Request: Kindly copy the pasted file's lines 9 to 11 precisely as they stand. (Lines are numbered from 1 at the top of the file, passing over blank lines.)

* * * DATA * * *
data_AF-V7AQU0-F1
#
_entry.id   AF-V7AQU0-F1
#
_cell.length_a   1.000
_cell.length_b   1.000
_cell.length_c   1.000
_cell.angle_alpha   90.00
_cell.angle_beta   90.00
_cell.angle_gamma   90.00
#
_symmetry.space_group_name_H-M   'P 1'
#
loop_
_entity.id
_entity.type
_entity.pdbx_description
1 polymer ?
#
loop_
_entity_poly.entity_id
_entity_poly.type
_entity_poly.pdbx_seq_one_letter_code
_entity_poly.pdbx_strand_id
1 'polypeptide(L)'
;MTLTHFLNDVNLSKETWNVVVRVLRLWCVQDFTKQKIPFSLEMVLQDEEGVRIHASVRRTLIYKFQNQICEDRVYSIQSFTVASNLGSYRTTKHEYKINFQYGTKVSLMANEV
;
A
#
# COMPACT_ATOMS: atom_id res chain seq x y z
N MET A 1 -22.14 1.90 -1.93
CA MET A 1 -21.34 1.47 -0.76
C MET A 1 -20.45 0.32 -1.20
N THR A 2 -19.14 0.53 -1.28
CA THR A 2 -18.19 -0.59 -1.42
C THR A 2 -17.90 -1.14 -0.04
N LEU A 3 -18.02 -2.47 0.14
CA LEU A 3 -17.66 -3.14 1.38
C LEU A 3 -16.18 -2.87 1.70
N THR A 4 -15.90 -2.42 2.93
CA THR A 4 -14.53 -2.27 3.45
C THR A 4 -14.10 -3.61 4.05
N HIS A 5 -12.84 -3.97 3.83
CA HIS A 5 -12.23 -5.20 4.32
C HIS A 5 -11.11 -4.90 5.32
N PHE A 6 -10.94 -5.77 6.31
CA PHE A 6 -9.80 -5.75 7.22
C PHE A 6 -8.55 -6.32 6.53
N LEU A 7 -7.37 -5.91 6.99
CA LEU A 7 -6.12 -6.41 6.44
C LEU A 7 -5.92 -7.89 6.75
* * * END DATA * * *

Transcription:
_cell.angle_beta   90.00
_cell.angle_gamma   90.00
#